A globe-spanning collection that offers a keyhole view of mostly doomed relationships.

LOVE TODAY

STORIES

A German author makes his U.S. debut with 27 portraits of love dying on the vine.

Biller explores the quiet tragedy of relationships by focusing on those singular moments when spaces between lovers become chasms. As is the case of a pining lover and a reluctant fiancée, in “The Mahogany Elephant,” the sense of inevitable sorrow is palpable throughout the book. In “Seven Attempts at Loving,” the love of a pair of Czech nationals, who have been trying to stay together since childhood, survives the revolution but not the passage of time. Passion remains elusive for the book’s mismatched misanthropists who squander true love. One might think the brevity of the stories would work against them, but Biller has obviously taken to heart the lesson that less can be more. The intangible brunette who calls her contemptuous boyfriend “Tom-Cat,” in “The Maserati Years,” is defined only by two voice mails in which she first claims pregnancy and subsequently dismisses him: “Hi, had a fright? Just wanted to see how cold you really are. Don’t ever call me again. Miaow.” In the three pages of “Melody,” Biller captures the vacillating rhythms and insanity of love with the story of Thomas, who mourns his dead wife, converts to Judaism, marries a doppelgänger, has a child and drives his car into the East River before settling down with Melody, the woman he should have been with in the first place. “They’re doing fine,” Biller writes, and it’s hard not to hope that it’s true.

A globe-spanning collection that offers a keyhole view of mostly doomed relationships.

Pub Date: June 1, 2008

ISBN: 978-1-4165-7265-7

Page Count: 224

Publisher: Simon & Schuster

Review Posted Online: May 20, 2010

Kirkus Reviews Issue: April 15, 2008

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THE THINGS THEY CARRIED

It's being called a novel, but it is more a hybrid: short-stories/essays/confessions about the Vietnam War—the subject that O'Brien reasonably comes back to with every book. Some of these stories/memoirs are very good in their starkness and factualness: the title piece, about what a foot soldier actually has on him (weights included) at any given time, lends a palpability that makes the emotional freight (fear, horror, guilt) correspond superbly. Maybe the most moving piece here is "On The Rainy River," about a draftee's ambivalence about going, and how he decided to go: "I would go to war—I would kill and maybe die—because I was embarrassed not to." But so much else is so structurally coy that real effects are muted and disadvantaged: O'Brien is writing a book more about earnestness than about war, and the peekaboos of this isn't really me but of course it truly is serve no true purpose. They make this an annoyingly arty book, hiding more than not behind Hemingwayesque time-signatures and puerile repetitions about war (and memory and everything else, for that matter) being hell and heaven both. A disappointment.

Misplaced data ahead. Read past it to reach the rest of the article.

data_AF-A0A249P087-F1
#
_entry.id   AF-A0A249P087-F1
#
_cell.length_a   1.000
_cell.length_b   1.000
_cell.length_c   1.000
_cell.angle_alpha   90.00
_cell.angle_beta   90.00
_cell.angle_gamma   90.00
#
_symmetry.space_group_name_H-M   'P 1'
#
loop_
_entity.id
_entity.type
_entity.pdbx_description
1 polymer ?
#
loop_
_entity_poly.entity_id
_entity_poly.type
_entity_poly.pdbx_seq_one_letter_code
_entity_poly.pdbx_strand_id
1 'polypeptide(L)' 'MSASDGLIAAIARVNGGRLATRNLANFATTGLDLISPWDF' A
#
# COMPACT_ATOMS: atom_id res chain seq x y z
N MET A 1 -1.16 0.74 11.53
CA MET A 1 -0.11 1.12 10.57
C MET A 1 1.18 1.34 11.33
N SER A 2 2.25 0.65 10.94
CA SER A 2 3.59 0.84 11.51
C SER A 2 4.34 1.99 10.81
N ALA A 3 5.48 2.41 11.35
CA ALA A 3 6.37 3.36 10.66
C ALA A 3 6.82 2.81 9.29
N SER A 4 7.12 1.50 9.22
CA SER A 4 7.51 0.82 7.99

Pub Date: March 28, 1990

ISBN: 0618706410

Page Count: 256

Publisher: Houghton Mifflin

Review Posted Online: Oct. 2, 2011

Kirkus Reviews Issue: Feb. 15, 1990

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HOW THE GARCIA GIRLS LOST THEIR ACCENTS

Told through the points of view of the four Garcia sisters- Carla, Sandi, Yolanda and Sofia-this perceptive first novel by poet Alvarez tells of a wealthy family exiled from the Dominican Republic after a failed coup, and how the daughters come of age, weathering the cultural and class transitions from privileged Dominicans to New York Hispanic immigrants. Brought up under strict social mores, the move to the States provides the girls a welcome escape from the pampered, overbearingly protective society in which they were raised, although subjecting them to other types of discrimination. Each rises to the challenge in her own way, as do their parents, Mami (Laura) and Papi (Carlos). The novel unfolds back through time, a complete picture accruing gradually as a series of stories recounts various incidents, beginning with ``Antojos'' (roughly translated ``cravings''), about Yolanda's return to the island after an absence of five years. Against the advice of her relatives, who fear for the safety of a young woman traveling the countryside alone, Yolanda heads out in a borrowed car in pursuit of some guavas and returns with a renewed understanding of stringent class differences. ``The Kiss,'' one of Sofia's stories, tells how she, married against her father's wishes, tries to keep family ties open by visiting yearly on her father's birthday with her young son. And in ``Trespass,'' Carla finds herself the victim of ignorance and prejudice a year after the Garcias have arrived in America, culminating with a pervert trying to lure her into his car. In perhaps one of the most deft and magical stories, ``Still Lives,'' young Sandi has an extraordinary first art lesson and becomes the inspiration for a statue of the Virgin: ``Dona Charito took the lot of us native children in hand Saturday mornings nine to twelve to put Art into us like Jesus into the heathen.'' The tradition and safety of the Old World are just part of the tradeoff that comes with the freedom and choice in the New. Alvarez manages to bring to attention many of the issues-serious and light-that immigrant families face, portraying them with sensitivity and, at times, an enjoyable, mischievous sense.

Pub Date: May 1, 1991

ISBN: 0-945575-57-2

Page Count: 308

Publisher: Algonquin

Review Posted Online: May 20, 2010

Kirkus Reviews Issue: March 15, 1991

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